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Letter to the Editor: Not sure what 10 a.m. rule you’re referring to …

 

When I was just starting out as a young wild land fire fighter the 10 a.m. rule was policy in the suppression world of the Forest Service (FS). Simply stated it directed ALL suppression efforts be directed at the goal of containing the fire by 10 a.m. the following day. 10 a.m. is roughly the beginning of the next day’s peak burning period of critical fire behavior.

This meant if we broke a fire that you did not catch by end of shift you can darn well expect to be on it until your relief showed up the next day. At times that lead to 24 to 36 hours on the job.

Nowadays there exists the philosophy that they have to rest the troops overnight so they will be available for tomorrow. Minimal staffing during the night hours when the air cools, the relative humidity rises and the fire lays down. The very best opportunity to catch the fire small. Take note those troops that are “rested” overnight for the day shift tomorrow often spend the day watching the fire burn very actively and unable to take constructive suppression action during the peak burning period between 10 a.m. and 10 p.m. due to it being just too dangerous. No amount of acreage is worth anyone’s life.

To be fair (I guess) there are policies now that prevent following the 10 a.m. rule. There is a work rest “guideline” that for every 2 hours worked the firefighter has to be given 1 hour of rest and there is a 16- hour limit (minus meal times). Work 16 hours you need 8 hours off. If your day started at 0930 16 hours is sometime after midnight. You are shipped in to get rest. Sleeping thru 10 hours of cool, humid conditions when the fire is not as dangerous as in the day.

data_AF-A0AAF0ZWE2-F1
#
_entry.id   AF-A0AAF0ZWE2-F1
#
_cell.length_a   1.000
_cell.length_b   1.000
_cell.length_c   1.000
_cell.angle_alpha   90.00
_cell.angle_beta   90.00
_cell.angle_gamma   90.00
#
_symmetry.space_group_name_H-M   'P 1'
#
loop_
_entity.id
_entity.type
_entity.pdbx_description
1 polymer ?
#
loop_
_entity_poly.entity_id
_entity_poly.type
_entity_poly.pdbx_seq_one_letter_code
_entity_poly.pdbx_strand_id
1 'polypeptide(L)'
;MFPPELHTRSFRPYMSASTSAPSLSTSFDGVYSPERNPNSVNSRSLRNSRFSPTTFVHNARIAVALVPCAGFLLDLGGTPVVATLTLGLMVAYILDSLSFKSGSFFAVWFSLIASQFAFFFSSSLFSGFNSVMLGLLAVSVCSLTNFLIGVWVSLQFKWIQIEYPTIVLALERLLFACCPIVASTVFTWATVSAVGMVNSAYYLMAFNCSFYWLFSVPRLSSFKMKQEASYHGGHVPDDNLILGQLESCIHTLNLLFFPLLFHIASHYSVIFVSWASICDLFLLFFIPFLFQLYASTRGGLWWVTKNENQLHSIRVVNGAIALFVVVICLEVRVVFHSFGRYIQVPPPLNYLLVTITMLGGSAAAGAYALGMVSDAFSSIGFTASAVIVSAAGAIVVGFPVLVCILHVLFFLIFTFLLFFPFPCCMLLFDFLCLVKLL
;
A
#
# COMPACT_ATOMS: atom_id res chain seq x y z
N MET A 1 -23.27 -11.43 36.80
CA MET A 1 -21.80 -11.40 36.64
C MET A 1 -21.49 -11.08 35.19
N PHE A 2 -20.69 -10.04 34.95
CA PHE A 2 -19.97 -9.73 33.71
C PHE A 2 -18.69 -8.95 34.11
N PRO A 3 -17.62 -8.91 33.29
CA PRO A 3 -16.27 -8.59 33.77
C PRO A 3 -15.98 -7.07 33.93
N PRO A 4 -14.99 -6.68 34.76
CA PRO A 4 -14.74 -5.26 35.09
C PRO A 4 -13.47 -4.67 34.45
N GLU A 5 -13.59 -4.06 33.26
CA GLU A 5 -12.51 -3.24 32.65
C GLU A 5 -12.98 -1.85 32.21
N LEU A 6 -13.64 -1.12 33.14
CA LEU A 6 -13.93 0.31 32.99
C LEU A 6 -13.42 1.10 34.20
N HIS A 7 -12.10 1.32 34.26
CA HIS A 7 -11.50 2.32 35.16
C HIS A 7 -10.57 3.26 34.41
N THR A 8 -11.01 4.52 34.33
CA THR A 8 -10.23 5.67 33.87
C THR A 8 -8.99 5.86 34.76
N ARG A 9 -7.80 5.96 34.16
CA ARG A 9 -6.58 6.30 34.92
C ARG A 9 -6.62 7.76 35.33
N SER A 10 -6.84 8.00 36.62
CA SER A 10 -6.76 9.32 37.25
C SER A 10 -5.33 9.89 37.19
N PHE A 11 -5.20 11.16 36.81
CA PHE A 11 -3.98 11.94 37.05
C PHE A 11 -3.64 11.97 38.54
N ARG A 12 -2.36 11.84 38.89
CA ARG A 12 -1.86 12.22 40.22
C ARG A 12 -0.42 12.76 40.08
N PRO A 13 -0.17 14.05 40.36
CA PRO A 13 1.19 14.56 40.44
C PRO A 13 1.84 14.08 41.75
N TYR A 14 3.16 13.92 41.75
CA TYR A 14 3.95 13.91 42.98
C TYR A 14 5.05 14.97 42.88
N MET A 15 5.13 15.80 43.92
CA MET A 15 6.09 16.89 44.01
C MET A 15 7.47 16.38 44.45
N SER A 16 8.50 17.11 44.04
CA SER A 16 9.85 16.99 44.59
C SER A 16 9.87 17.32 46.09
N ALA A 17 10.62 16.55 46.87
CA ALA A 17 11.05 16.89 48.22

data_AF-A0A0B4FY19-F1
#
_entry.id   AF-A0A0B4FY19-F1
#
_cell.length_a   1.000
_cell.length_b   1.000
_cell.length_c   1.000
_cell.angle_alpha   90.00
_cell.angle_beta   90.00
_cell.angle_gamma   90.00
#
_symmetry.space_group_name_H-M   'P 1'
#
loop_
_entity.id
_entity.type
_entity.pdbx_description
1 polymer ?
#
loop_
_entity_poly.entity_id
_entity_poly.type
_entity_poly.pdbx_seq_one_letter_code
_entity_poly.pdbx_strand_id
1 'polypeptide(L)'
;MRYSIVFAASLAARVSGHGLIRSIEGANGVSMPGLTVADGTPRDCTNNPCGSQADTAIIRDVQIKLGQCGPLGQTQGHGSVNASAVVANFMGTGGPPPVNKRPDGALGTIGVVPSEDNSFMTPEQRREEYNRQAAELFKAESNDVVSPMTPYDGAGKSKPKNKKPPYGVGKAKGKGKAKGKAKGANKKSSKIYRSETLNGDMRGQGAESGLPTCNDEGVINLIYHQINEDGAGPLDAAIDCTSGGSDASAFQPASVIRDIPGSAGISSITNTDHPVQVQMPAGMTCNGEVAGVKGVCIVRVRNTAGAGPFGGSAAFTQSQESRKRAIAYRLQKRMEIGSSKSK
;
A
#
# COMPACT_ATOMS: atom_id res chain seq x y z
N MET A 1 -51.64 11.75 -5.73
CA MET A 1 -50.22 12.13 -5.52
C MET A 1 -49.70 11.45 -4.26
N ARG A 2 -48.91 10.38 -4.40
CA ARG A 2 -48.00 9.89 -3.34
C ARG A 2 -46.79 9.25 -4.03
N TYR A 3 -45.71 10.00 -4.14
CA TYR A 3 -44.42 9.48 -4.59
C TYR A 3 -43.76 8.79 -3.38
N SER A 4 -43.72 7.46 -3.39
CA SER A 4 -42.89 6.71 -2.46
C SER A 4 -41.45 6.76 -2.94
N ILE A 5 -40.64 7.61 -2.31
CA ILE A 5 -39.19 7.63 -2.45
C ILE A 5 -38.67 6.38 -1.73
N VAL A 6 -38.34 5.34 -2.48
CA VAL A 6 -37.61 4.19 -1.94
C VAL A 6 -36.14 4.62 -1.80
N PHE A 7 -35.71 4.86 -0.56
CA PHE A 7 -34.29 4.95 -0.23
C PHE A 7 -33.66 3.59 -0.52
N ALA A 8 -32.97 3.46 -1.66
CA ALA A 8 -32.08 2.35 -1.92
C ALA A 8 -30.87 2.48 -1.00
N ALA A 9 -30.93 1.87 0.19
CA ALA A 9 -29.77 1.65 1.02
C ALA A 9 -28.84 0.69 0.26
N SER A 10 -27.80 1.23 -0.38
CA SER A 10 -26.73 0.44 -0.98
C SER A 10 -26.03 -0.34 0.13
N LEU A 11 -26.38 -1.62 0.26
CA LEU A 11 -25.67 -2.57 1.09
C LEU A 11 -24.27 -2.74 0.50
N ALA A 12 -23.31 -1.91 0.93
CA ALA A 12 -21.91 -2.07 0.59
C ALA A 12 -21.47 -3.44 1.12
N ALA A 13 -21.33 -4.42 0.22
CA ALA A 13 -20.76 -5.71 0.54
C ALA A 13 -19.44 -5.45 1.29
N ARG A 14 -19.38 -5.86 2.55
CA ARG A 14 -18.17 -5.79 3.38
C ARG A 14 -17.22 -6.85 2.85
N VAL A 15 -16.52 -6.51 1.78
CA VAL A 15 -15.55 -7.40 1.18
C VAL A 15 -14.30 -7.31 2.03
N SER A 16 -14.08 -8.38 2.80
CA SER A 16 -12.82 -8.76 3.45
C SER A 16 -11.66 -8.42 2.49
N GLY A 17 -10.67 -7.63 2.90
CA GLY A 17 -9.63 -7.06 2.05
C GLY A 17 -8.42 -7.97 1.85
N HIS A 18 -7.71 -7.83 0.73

The whole concept about the fire laying down after dark and should be hit aggressively is a generalization. There are times when the fire does not lay down at night and fire behavior remains extreme all night. Any large fire will exhibit this behavior. However, there are many fires that could have been stopped during the night that now days they sit quietly at night just to blow up the next day.

The other 10 a.m. rule I grew up with was that if I did not get home until 10 a.m. the next day I better have been laid up in a hospital somewhere or my folks may put me there.

Phil Shafer
Quincy, CA

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